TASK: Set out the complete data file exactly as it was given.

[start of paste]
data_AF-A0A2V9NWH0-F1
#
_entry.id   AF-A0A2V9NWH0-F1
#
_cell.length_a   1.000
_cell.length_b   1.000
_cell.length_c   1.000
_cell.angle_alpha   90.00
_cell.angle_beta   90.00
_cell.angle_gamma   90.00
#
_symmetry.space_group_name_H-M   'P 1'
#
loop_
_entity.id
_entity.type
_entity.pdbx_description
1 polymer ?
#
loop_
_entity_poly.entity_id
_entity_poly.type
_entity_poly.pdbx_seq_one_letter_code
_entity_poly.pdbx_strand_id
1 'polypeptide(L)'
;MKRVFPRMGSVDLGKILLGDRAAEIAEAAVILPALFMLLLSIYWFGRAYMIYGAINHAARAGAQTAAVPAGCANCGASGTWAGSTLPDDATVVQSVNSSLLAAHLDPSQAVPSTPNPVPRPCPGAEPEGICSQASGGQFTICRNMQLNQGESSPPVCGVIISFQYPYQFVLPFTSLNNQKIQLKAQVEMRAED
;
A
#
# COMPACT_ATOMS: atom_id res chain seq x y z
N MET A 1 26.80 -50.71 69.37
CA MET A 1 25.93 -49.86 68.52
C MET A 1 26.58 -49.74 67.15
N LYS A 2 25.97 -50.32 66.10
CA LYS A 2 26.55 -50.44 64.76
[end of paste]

data_AF-A0A2V9NWH0-F1
#
_entry.id   AF-A0A2V9NWH0-F1
#
_cell.length_a   1.000
_cell.length_b   1.000
_cell.length_c   1.000
_cell.angle_alpha   90.00
_cell.angle_beta   90.00
_cell.angle_gamma   90.00
#
_symmetry.space_group_name_H-M   'P 1'
#
loop_
_entity.id
_entity.type
_entity.pdbx_description
1 polymer ?
#
loop_
_entity_poly.entity_id
_entity_poly.type
_entity_poly.pdbx_seq_one_letter_code
_entity_poly.pdbx_strand_id
1 'polypeptide(L)'
;MKRVFPRMGSVDLGKILLGDRAAEIAEAAVILPALFMLLLSIYWFGRAYMIYGAINHAARAGAQTAAVPAGCANCGASGTWAGSTLPDDATVVQSVNSSLLAAHLDPSQAVPSTPNPVPRPCPGAEPEGICSQASGGQFTICRNMQLNQGESSPPVCGVIISFQYPYQFVLPFTSLNNQKIQLKAQVEMRAED
;
A
#
# COMPACT_ATOMS: atom_id res chain seq x y z
N MET A 1 26.80 -50.71 69.37
CA MET A 1 25.93 -49.86 68.52
C MET A 1 26.58 -49.74 67.15
N LYS A 2 25.97 -50.32 66.10
CA LYS A 2 26.55 -50.44 64.76